"Operator? Operator!"

Everything is evolving. I start out with simple concepts and get to a point where I realise there must be a better way. I read, research, write lots of test code and then make a step forward in my Arduino (C++) coding method. Here's how I arrived at operator overloading in Arduino.

While working on the Wesley Clock, I got the entire "Weasel" almost complete before I ran into a problem. I could extract serial data from the GPS. I "tokenized" it to pull out the individual data for latitude, longitude, time, etc. and then found I needed to correct the UTC time for my time zone, and couldn't. Most Arduinians at this point would reach into the cupboard and pull out the atoi() function and be done. But not this pedant. I'm coding for the learning here; I'm bare-metal coding as far as possible. That means I write all my own stuff including parsing strings to integers.

The first logical step is to write a stringToInt() function. That I did quickly. The next step was to prove it works. I went off on a tangent for a few weeks to develop a test-driven development (TDD) methodology for my Arduino environment. (I'm back from that walkabout and will document it soon.) I then realised I wasn't abstracting things far enough. I was converting the hours-since-midnight from text to a string then adding 10. Great! But what happens after 2pm GMT? I need the date to roll over to the next day. I hadn't accounted for that!

I spent a while on a Time class, then a Date class, then a DateTime class. All interesting stuff dealing with leap years and the different number of days in each month and so on. When I came back to the need to add 10-hours to the time that came from the GPS I could do this:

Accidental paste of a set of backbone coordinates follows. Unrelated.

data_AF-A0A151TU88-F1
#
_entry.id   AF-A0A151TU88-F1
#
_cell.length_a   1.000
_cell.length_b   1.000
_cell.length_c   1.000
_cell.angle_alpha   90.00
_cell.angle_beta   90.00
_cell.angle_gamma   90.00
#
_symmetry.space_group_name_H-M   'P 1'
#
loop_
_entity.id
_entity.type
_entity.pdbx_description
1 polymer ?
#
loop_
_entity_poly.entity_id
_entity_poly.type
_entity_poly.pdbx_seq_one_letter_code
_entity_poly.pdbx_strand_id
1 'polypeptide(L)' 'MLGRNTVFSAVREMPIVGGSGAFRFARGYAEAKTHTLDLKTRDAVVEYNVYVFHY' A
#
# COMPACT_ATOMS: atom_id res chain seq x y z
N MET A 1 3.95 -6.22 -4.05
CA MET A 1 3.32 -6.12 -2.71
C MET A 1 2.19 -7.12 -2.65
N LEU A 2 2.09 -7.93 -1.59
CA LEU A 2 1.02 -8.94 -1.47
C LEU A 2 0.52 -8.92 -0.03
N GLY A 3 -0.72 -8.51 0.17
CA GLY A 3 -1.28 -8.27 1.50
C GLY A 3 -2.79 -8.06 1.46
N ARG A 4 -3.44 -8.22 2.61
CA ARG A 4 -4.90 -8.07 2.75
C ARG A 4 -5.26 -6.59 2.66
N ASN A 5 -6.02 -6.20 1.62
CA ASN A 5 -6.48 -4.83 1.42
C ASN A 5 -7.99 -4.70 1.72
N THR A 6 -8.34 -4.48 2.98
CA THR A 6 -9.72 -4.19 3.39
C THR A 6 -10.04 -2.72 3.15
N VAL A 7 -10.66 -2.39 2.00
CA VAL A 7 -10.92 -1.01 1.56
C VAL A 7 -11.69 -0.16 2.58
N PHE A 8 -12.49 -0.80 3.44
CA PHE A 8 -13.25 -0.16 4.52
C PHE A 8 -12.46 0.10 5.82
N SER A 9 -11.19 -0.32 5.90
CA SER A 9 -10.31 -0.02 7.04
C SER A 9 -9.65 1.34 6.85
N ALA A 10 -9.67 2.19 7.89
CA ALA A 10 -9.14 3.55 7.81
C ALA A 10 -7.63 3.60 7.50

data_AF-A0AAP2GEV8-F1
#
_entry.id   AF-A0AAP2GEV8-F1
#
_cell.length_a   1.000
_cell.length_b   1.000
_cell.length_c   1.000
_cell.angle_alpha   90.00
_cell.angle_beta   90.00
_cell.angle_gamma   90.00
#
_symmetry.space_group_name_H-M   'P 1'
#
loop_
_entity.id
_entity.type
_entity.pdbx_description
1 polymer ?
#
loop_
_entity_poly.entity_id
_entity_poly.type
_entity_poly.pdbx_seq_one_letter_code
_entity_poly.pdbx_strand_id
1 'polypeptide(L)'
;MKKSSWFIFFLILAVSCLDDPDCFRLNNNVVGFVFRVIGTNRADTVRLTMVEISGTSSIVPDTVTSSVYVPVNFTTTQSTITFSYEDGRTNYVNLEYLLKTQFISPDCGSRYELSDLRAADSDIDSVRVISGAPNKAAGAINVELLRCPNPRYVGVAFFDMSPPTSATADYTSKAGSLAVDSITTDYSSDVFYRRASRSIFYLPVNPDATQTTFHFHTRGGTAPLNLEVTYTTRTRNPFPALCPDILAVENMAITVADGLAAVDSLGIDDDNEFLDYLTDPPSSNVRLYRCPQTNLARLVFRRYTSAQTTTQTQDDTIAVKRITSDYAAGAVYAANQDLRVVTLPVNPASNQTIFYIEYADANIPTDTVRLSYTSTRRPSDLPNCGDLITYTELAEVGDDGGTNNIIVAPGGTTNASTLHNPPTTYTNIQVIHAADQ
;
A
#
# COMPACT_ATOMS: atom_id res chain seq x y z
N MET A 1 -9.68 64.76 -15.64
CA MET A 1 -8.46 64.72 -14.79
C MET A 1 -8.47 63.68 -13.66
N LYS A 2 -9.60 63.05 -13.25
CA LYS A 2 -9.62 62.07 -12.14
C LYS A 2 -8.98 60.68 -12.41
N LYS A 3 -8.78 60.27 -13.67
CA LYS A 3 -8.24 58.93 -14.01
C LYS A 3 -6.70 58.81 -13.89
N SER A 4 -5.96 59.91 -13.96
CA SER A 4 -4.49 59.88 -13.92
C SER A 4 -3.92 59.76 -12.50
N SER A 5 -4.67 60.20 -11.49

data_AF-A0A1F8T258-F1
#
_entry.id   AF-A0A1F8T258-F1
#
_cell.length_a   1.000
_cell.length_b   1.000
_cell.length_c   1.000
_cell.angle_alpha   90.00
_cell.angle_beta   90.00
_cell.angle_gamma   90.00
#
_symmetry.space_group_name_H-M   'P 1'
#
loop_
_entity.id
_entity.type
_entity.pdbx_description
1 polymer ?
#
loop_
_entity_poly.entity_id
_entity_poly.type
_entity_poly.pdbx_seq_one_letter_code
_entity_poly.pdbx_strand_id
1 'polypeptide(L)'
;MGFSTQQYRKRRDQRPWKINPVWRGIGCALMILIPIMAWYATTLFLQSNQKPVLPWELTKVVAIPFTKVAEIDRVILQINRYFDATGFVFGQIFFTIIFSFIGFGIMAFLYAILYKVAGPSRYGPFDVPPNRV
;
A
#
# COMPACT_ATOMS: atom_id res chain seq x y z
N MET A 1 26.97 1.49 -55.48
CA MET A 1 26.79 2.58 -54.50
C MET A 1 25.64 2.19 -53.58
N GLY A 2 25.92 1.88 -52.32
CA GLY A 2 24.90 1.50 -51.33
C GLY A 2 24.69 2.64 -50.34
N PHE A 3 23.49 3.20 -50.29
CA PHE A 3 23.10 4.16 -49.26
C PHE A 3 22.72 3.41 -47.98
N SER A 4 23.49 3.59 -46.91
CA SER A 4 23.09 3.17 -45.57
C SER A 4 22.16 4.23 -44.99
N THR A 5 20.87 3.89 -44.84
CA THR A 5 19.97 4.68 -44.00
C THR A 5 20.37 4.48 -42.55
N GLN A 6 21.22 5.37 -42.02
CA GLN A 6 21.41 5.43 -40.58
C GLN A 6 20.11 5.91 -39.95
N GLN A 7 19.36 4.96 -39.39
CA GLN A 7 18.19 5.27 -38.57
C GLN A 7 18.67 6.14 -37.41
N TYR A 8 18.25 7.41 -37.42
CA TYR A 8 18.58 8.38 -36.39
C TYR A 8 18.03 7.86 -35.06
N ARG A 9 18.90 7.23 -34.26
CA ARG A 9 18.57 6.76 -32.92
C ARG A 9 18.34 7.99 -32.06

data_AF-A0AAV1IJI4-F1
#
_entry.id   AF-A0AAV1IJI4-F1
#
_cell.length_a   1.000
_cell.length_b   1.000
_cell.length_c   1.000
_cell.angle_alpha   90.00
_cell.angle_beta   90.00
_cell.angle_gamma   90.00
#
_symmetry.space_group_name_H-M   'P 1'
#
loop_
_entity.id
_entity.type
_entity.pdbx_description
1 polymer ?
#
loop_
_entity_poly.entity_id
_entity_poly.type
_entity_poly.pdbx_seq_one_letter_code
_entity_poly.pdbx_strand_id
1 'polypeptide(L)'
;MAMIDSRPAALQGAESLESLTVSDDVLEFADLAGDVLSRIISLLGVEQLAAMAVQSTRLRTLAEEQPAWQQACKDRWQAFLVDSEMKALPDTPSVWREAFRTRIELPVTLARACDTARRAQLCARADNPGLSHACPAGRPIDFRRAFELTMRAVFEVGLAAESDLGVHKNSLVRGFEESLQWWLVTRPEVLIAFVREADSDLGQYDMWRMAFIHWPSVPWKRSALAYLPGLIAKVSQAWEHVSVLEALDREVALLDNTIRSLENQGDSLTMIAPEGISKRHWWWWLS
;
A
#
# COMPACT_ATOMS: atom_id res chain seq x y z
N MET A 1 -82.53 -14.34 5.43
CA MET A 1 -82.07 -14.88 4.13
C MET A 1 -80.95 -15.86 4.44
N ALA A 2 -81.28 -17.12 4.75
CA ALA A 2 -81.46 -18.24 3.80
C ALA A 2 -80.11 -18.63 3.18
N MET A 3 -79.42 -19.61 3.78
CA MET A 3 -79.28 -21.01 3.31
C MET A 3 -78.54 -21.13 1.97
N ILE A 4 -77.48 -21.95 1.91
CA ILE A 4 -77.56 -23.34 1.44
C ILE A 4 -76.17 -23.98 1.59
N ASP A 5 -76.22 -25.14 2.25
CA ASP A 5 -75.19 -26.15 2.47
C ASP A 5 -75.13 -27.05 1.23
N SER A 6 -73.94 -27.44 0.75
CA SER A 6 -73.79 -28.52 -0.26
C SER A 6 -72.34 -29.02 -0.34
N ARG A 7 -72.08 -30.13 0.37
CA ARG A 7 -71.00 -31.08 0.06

DateTime now(gps.time()); //parses time as a string
now.add(10, HOURS); //HOURS from the TimeUnits enumeration

OK sweet. It looks like I've made it. But the very next thing that I tried to do was compare two of my classes for equality.

if(now == then) ...

... and we find that the DateTime class hasn't defined how the == operator works. "I know this! I've done operator overloading! This is good C++! Oh, I wonder if it works on Arduino?" Well thankfully it's fairly uneventful. Look up any C++ reference on operator overloading and apply it in your classes. Here's my example Int class to show you what I mean.

Main sketch:

#include "Int.h"

Int one(1);
Int two(1);

void setup()
{
Serial.begin(115200);
Serial.println(one.value());
Serial.println(two.value());
if(one == two) Serial.println("Same");
else Serial.println("Different");
}

void loop()
{
}

Int.h

#ifndef Int_h
#define Int_h

#include "WProgram.h"

class Int
{
public:
Int(int value);
int value();
boolean operator == (Int &other);
private:
int _value;
};

#endif

Int.cpp

#include "Int.h"

Int::Int(int value)
{
_value = value;
}

int Int::value()
{
return _value;
}

boolean Int::operator == (Int &other)
{
if(_value == other.value()) return true;
return false;
}


So there you go. Operator overloading in Arduino is no biggie. The only complication I can see on this is that if the object doesn't expose it's value so easily (other.value()) you'll need to access private members to do the equality; thus you'll need to define your operator as a friend function. I won't cover that here.

Asside:
I'm wary that Arduino doesn't implement new and delete. It makes me feel that there must be other important parts of C++ that are missing too. I've blogged about a workaround for new and delete and I'm now emboldened to go and do a full-blown-C++ experiment. I'm going to build a queue for Arduino and see what happens.

That is all.

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